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QLD Separation and Domestic Violence Order - Can Father Visit Children?

Discussion in 'Family Law Forum' started by Manda87, 1 October 2014.

  1. Manda87

    Manda87 Member

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    My partner has two children to his ex girlfriend they have been separated for about 4 years. He hasn't seen them for at least 3 years. Recently she has put a domestic violence order on him and a protection order. I was wanting too find out what he has to do in order to get visits with his children again?
     
  2. Sophea

    Sophea Well-Known Member

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    Does the protection / DO order specifically mention the children as well? Or just the ex-girlfriend?
     
  3. AllForHer

    AllForHer Well-Known Member

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    Assuming the DVO application has been successful and includes the children as named parties, I would suggest that your partner start the process for parenting arrangements, but stay away from the ex and the kids in the meantime, to avoid complicating matters further down the track.

    The first port of call is mediation, or family dispute resolution, in order to try and reach a parenting agreement that enables the kids to spend time with both parents. If this agreement cannot be reached (and even if it can), your partner will receive a s60i certificate, which is necessary to begin court proceedings.

    If it goes that far (and most don't), a court will decide care arrangements based on what's best for the kids, with secondary consideration given to the level of involvement your partner has had since the kids were born and following separation; whether or not your partner has fulfilled his financial obligations to the kids; whether or not your partner can provide for the kids' emotional, physical and mental needs; etc. All of these considerations are outlined in s60CC of the Family Law Act 1975.

    There is a necessity to protect kids from family violence, however it is worth noting that a domestic violence order alone is very rarely enough to convince the court to oust a parent from a child's life. The other party will need to show that there is a pattern of behaviour which endangers the kids, either physically, mentally or emotionally. Summarily, parenting orders override domestic violence orders, but said parenting orders still must be made in such a way that they consider the domestic violence orders. How this is achieved is a matter for the court to decide - sometimes, it's time with the kids at a contact centre; sometimes it's time supervised by a family members; it varies.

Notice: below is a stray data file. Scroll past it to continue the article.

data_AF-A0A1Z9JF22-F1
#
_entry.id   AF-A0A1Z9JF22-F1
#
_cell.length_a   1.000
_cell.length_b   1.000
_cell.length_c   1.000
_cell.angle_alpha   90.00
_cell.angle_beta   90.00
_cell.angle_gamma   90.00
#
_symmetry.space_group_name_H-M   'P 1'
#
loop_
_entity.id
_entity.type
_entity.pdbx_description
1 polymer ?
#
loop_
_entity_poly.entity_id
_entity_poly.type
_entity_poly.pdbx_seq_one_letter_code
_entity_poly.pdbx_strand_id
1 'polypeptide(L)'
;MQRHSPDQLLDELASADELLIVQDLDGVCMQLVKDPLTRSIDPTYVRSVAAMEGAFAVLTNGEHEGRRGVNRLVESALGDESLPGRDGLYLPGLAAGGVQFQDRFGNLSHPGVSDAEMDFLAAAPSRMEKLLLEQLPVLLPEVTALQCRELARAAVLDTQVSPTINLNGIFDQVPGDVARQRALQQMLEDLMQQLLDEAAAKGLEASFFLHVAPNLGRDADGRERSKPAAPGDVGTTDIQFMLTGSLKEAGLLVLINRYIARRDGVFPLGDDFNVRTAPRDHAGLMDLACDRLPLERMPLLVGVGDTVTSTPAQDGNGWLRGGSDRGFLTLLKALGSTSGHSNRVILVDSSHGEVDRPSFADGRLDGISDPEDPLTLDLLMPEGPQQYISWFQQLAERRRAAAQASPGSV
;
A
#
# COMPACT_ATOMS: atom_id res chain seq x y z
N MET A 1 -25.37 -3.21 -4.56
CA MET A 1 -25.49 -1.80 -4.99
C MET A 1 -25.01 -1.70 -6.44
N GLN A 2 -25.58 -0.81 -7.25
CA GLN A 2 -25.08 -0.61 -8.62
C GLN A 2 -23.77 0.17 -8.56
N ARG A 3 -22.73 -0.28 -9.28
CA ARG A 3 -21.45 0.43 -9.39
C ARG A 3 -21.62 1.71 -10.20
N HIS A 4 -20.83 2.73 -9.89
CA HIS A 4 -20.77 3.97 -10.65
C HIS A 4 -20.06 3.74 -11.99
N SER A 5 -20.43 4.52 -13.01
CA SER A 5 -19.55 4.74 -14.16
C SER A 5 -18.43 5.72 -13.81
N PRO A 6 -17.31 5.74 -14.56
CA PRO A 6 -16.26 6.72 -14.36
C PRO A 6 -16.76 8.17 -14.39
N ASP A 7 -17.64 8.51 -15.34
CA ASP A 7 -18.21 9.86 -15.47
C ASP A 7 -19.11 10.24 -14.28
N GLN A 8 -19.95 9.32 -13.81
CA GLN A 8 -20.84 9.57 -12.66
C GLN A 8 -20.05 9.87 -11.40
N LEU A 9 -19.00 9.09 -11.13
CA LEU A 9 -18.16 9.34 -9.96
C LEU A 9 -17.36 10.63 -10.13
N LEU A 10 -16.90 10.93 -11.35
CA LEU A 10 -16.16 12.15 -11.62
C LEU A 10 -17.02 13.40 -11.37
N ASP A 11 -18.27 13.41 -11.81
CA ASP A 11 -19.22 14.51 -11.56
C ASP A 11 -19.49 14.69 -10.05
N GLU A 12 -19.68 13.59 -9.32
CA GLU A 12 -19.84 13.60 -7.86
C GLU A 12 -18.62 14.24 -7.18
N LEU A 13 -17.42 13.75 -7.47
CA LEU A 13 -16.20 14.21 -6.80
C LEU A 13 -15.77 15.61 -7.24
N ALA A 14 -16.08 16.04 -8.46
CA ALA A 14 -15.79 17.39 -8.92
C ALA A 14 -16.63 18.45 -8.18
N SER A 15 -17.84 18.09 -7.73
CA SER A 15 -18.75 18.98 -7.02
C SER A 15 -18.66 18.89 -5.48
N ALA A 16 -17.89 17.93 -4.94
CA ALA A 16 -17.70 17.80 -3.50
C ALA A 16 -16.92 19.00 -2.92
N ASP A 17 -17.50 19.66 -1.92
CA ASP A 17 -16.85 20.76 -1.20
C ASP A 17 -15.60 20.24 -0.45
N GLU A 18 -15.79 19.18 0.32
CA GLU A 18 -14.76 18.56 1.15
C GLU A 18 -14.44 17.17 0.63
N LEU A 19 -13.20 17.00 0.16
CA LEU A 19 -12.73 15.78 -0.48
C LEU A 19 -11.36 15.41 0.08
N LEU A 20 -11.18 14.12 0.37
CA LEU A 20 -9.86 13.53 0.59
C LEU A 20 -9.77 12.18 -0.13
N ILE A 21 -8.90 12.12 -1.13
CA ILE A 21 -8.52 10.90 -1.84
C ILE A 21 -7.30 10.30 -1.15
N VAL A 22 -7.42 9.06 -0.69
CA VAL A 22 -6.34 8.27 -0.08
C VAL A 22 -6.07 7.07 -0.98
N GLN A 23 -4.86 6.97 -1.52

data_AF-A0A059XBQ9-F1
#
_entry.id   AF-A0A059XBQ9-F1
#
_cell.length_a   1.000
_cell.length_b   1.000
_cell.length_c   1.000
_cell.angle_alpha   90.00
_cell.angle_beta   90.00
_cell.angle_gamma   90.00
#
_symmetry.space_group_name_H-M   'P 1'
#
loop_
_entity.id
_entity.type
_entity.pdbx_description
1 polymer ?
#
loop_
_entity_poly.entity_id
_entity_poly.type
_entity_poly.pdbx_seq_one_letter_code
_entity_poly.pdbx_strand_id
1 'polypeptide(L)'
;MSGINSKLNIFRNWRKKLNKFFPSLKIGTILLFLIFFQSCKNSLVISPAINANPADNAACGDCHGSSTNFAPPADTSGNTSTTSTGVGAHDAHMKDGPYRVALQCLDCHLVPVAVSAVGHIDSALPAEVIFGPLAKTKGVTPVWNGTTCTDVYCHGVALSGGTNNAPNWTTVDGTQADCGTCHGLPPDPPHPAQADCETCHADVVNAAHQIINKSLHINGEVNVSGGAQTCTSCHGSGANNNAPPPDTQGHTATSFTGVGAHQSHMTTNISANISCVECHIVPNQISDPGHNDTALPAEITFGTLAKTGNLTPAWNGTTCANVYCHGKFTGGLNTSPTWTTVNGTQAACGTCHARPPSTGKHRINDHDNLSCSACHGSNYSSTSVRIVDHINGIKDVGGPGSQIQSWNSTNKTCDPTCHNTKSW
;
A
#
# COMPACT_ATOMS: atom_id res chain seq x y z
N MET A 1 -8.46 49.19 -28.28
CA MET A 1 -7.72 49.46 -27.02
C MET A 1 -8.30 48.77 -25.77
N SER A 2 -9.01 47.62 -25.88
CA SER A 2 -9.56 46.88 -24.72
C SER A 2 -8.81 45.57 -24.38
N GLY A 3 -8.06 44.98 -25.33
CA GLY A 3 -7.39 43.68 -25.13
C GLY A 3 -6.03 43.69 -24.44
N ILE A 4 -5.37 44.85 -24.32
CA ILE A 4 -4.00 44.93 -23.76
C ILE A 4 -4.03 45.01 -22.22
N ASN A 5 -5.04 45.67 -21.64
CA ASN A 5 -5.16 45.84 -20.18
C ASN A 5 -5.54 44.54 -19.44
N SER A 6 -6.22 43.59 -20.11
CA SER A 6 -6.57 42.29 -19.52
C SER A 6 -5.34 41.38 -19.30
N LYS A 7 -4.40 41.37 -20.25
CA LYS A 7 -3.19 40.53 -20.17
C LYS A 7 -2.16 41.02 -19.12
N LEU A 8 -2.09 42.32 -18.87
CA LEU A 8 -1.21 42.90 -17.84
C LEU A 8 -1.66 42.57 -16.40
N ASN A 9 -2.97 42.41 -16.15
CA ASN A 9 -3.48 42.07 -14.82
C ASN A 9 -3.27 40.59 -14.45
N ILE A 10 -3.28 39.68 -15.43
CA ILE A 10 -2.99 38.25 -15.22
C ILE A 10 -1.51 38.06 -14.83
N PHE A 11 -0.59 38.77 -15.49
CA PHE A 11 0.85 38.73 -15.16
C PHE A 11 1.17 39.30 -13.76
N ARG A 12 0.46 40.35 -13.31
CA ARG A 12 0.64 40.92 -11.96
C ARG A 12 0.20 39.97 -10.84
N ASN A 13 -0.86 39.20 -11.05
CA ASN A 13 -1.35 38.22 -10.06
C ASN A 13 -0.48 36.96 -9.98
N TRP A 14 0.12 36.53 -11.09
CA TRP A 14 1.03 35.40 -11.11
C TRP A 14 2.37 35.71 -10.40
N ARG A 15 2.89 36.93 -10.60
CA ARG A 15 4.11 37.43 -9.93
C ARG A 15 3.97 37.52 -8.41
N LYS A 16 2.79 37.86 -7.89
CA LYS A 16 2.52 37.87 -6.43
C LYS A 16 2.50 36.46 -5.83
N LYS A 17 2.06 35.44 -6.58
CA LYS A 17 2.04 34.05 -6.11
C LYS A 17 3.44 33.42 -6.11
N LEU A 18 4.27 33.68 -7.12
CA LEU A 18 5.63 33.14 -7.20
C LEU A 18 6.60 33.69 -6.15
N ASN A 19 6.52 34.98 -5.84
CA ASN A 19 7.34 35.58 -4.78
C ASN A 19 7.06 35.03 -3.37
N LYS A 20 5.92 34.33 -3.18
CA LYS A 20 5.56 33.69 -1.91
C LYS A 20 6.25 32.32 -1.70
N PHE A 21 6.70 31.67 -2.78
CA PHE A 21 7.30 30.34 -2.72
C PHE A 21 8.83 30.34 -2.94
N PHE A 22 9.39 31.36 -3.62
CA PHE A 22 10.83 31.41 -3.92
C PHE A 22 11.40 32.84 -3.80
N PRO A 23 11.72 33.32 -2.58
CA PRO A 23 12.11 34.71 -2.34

It's impossible to predict an outcome from the court, but given that the kids haven't seen your partner for three years, I wouldn't say it's unlikely that your partner could be looking at a gradual increase in time spent with the kids over the course of a year or two. I say this because I have not often read a decision whereby the court orders 50/50 care after a long period of no contact because doing so is considered too stressful for the kids.

    However, with that said, it's also dependent on how old the kids are. If considered old enough and mature enough to make informed decisions about their own care arrangements (usually around 12 years of age, but there is no law which states that), the court will take these into account and give them substantial weight in the decision.

    When your partner attends family dispute resolution (which may be with or without a solicitor), he may want to consider all of these things when negotiating care arrangements, particularly the one about gradually increasing time the kids spend with him.

    I hope this has helped.
     
  4. Manda87

    Manda87 Member

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    No the children aswell
     
  5. Manda87

    Manda87 Member

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    Thankyou...this has helped a lot.
     

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